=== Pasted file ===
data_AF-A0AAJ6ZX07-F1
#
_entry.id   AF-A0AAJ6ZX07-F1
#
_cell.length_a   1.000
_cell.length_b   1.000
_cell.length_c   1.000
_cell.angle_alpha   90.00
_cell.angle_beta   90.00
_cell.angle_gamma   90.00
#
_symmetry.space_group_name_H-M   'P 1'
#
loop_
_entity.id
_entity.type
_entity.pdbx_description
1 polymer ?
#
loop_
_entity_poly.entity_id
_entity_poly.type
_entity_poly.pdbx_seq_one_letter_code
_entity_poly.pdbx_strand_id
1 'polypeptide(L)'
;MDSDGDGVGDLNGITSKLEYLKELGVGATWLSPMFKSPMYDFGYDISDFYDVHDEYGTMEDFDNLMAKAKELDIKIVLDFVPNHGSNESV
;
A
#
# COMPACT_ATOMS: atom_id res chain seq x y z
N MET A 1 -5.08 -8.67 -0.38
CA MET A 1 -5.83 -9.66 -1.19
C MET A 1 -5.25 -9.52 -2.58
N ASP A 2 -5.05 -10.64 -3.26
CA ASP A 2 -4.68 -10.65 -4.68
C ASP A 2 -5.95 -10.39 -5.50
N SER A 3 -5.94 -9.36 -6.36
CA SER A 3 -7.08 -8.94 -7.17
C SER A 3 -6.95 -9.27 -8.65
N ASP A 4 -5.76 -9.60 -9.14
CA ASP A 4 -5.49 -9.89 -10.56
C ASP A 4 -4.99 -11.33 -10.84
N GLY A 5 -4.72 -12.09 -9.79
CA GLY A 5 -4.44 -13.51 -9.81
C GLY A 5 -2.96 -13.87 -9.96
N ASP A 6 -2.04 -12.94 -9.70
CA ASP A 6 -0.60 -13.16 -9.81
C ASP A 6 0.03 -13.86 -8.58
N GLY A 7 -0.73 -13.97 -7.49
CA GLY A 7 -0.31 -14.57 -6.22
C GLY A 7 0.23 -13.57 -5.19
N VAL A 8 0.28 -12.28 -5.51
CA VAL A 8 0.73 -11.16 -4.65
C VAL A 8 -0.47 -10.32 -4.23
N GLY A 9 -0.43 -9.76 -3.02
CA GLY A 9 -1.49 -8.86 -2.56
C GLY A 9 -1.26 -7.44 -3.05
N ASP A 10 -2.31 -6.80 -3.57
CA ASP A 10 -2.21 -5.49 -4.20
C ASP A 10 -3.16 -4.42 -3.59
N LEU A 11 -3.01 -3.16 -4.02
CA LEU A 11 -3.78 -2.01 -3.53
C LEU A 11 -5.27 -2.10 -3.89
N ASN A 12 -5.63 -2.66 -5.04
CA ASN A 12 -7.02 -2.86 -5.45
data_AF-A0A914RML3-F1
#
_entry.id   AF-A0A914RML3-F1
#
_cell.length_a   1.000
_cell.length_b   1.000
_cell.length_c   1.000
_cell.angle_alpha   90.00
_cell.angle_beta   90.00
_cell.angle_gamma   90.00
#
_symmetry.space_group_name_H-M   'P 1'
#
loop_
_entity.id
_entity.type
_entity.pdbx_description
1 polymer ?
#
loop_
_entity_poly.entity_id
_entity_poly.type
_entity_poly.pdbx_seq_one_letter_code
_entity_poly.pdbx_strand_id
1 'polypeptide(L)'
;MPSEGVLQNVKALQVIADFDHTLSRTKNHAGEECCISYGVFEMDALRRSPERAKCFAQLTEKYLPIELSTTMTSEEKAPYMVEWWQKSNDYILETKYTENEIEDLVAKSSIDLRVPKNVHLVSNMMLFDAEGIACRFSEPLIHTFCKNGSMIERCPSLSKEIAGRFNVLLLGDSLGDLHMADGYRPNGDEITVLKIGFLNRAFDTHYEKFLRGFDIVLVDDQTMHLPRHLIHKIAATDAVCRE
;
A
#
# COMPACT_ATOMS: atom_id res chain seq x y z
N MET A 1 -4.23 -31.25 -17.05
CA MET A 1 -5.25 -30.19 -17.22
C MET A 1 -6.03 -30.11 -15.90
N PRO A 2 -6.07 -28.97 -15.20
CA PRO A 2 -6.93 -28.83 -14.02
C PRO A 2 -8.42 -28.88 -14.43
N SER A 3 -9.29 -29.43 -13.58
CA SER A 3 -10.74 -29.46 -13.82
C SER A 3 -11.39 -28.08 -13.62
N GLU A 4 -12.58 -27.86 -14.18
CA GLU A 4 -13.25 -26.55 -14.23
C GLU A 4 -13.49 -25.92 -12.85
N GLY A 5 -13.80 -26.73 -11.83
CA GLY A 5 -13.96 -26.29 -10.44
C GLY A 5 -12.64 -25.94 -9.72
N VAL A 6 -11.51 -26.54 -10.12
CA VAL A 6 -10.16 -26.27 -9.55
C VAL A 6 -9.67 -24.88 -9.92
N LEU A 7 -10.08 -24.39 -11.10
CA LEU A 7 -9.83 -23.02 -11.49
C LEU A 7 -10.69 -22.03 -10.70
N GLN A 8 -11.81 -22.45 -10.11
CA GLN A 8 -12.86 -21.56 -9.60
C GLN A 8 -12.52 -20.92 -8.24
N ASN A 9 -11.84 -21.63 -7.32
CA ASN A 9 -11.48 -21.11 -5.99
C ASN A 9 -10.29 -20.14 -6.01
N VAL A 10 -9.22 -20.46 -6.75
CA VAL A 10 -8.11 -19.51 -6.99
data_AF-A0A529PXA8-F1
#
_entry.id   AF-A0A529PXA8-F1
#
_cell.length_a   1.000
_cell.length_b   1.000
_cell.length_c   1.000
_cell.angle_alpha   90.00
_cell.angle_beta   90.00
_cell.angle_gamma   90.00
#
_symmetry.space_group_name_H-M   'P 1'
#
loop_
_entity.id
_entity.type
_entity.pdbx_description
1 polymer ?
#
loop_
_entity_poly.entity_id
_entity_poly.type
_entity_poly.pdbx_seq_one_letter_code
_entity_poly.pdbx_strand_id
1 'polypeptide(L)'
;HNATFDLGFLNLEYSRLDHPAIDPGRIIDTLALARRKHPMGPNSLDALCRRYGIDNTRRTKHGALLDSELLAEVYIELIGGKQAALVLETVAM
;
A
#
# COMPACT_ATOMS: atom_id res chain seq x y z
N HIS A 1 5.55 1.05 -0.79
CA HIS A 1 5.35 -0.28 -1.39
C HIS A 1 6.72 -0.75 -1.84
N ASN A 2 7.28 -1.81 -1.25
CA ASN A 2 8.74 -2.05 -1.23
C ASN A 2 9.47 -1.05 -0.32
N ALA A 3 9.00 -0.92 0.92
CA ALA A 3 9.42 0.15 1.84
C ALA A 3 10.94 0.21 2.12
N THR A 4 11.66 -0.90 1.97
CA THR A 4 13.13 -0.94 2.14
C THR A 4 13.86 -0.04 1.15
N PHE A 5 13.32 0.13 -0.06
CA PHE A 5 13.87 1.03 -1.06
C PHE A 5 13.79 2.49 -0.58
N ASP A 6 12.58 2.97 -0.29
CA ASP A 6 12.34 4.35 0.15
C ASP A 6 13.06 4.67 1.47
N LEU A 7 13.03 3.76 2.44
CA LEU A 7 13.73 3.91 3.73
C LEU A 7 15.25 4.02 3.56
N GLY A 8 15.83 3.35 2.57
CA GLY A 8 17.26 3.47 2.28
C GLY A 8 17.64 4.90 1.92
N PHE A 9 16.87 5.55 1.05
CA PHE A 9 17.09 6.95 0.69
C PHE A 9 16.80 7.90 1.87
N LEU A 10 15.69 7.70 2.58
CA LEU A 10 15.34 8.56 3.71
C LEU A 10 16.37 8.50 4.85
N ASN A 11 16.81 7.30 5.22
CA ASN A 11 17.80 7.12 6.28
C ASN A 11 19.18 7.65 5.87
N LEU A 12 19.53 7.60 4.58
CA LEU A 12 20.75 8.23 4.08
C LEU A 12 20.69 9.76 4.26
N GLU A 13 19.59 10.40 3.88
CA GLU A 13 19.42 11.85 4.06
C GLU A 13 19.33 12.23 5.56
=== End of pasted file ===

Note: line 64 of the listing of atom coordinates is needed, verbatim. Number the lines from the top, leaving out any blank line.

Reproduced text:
N ASN A 12 -5.63 -2.66 -5.04